The Stalking Sergeant
It Can Happen To Anyone. Here's What Survivors Say You Should Do If It Happens to You.
Stalking is unique. I can't think of another crime where ordinary behavior can have such a sinister meaning. It's a crime where the context is everything. And because of that, it can be so difficult for victims to convince others of the danger they're in or understand the terror they feel.
Here's an example. Let's say your ex-husband sends you red roses on your wedding anniversary. Nothing criminal about that, right? But what we don't know – and you do – is that your ex knows you hate red roses. He knows they reminded you of your mother's funeral when you were six. And, after it was clear to him that divorce was inevitable, he repeatedly told you that the next time you saw red roses would be the day you died.
Another unusual aspect of stalking is the people who do it. I used to be astonished by the news that a now-arrested stalker was also an attorney or doctor or model or rock star or successful businessman. Not anymore. Stalking cuts across all demographic lines, intelligence levels, and common sense. It takes over the victim's life and seems to take over the life of the stalker as well.
Our case this week – which happened in my backyard – is a good example.
Crime of the Week
Forty-three-year-old Mariusz Czas, a former San Diego police sergeant, will spend the next year working in a prison furlough program. This man was a police officer for eighteen years. This man knew better.
And yet, he stalked and harassed his ex-girlfriend for months after they broke up. He didn't just send her a few unwanted texts and emails or repeatedly drive by her house to check up on her. He began a systematic terror campaign.
Czas sent texts to his ex from unknown phone numbers demanding money. He sent anonymous messages threatening to post nude photos on pornographic websites and her personal and business contacts. When she confronted Czas about these messages – which she (rightfully) believed were from him – he claimed that he, too, was being victimized by the same "hacker." He offered to use police resources to investigate.
But that's not how he used police resources. He conducted a "traffic stop" to ask his girlfriend why she was leaving him. He used police databases to find her license plate and track down her new boyfriend's address. He repeatedly abused the power of his badge to torment her; even a restraining order didn't reign him in.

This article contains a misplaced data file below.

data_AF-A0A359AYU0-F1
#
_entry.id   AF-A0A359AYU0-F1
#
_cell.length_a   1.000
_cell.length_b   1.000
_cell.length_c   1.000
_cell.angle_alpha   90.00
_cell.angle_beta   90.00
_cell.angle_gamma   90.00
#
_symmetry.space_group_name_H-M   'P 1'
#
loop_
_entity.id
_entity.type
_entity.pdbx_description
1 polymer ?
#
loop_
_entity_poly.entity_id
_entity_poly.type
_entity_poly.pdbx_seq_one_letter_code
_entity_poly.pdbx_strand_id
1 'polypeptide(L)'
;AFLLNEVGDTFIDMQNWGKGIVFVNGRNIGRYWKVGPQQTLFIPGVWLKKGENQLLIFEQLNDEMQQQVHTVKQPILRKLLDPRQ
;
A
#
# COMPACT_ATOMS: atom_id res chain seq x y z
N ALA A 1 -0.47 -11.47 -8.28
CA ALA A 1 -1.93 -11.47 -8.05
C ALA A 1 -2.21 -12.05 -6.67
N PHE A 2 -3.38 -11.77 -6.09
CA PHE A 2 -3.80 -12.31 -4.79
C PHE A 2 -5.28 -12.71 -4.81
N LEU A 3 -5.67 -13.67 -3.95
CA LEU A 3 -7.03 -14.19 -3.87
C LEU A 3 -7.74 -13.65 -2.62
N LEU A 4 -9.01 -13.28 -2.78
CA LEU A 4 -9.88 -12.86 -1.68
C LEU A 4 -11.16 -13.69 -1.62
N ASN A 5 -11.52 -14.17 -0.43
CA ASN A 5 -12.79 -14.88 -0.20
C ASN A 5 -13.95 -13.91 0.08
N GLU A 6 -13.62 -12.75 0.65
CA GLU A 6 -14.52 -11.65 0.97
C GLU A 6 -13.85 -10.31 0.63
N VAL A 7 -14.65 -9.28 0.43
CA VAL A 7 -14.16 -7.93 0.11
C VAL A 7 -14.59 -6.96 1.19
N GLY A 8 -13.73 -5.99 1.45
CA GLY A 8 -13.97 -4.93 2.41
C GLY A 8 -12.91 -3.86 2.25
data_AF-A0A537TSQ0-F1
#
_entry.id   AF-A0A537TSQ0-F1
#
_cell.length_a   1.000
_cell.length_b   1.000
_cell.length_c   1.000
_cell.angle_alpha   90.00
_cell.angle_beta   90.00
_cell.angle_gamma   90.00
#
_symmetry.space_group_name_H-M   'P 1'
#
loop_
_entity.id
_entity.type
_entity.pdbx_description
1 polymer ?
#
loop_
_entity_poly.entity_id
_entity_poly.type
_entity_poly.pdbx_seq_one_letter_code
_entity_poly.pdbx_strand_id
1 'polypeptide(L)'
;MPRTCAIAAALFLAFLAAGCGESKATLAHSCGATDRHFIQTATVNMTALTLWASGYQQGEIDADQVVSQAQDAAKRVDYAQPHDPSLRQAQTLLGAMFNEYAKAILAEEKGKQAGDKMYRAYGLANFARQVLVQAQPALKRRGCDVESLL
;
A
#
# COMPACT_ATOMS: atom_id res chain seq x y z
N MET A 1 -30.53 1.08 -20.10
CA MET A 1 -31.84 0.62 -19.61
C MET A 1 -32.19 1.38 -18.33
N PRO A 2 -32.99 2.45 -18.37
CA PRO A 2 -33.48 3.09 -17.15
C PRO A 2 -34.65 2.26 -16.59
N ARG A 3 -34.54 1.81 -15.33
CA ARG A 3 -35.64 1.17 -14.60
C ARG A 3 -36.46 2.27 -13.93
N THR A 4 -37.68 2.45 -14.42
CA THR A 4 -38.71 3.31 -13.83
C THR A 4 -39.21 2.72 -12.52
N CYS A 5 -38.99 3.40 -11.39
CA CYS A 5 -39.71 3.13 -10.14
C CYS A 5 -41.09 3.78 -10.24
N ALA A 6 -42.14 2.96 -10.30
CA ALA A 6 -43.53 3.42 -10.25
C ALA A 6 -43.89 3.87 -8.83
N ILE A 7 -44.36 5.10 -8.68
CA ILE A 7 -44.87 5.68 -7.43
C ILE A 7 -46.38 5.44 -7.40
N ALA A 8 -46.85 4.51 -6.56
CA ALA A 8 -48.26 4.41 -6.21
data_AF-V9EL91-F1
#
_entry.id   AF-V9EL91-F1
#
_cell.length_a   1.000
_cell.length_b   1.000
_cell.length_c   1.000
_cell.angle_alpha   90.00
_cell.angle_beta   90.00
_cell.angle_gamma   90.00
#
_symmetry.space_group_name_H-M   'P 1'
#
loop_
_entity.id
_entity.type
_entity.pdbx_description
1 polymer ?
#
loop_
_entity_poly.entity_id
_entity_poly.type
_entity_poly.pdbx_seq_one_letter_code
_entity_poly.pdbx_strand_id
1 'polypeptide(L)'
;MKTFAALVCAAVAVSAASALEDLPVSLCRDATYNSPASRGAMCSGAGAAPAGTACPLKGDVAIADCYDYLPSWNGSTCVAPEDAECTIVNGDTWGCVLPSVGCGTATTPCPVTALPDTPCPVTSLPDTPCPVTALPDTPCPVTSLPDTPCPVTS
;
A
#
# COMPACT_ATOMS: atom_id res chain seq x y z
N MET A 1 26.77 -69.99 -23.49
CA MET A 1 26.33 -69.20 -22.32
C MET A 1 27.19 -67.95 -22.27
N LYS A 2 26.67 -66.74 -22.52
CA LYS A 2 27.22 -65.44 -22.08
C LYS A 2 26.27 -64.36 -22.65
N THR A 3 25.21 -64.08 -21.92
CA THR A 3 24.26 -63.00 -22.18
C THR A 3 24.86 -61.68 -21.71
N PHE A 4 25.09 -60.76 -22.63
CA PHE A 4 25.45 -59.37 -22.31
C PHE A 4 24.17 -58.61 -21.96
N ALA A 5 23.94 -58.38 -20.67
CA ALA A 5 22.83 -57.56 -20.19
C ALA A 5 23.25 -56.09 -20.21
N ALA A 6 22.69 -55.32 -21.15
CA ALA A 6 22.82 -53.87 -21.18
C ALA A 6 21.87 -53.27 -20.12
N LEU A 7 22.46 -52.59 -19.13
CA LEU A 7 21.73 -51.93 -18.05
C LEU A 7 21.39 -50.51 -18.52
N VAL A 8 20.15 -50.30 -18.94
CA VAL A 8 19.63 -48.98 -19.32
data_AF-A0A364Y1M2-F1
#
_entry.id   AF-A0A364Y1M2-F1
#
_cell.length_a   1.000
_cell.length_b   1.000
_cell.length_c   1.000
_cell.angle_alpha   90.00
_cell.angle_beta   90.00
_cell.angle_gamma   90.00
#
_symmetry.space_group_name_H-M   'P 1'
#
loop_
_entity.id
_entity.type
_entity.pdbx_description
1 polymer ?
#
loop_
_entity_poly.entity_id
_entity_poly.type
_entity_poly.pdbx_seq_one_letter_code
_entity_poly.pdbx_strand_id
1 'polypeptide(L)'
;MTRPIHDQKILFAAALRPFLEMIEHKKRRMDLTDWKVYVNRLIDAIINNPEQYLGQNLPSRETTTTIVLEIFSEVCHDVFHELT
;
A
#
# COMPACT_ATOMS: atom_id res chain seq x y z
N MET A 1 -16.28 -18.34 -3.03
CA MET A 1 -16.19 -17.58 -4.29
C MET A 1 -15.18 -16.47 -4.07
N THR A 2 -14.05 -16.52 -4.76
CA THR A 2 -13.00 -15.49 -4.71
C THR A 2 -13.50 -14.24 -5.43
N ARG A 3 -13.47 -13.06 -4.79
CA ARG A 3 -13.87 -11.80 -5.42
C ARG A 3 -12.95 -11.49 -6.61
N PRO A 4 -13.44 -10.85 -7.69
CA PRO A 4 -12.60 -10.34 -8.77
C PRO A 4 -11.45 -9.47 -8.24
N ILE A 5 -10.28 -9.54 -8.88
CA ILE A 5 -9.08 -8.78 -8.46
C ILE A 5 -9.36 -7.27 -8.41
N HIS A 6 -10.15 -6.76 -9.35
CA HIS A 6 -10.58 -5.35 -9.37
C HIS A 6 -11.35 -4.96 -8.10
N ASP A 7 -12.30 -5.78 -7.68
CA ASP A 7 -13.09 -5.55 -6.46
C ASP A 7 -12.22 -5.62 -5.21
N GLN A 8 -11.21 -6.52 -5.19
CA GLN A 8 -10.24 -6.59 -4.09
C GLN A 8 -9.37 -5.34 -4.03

He then made a bad situation worse by covering up all the evidence of his crimes.
The Number One Piece of Advice from Stalking Survivors: Get Help
Unfortunately, this story is not uncommon. It underscores just how "creative" stalkers can be, the professional and personal risks they are willing to take, and the helplessness many victims feel in getting the behavior to stop. Fortunately, in this case, no one was physically hurt, although we can only imagine the psychological toll.
What do you do when an ex starts his stalking? Research shows that victims typically try several interpersonal strategies first – reasoning with their ex-partner, confronting them, ignoring the harassment, etc. These endeavors inevitably fail. Once a stalker ex has started, victims almost always need help getting it stopped.
Stalking survivors routinely say that they wish they had gotten help sooner, before and after going police. Organizations like Safe Horizon are priceless. They've seen thousands of victims and helped them deal with thousands of perpetrators. They can help victims gather and organize the information they need and form a game plan to present it to the police. And, after filing a police report, a victim's advocate (a free resource that victims can ask for but often don't know about) can be a godsend in terms of helping navigate the legal system and getting emotional support.
The Bottom Line
Stalking can happen to anyone. Doctors have been stalked by their patients and celebrities by fans. But over fifty percent of stalkers were once in a relationship with their victims. If a former partner or lover starts harassing you, please take it seriously, know your rights, and get help.
That’s it for this week, Mind Detectives. Let me know if there’s a case you’d like to cover. And stay safe!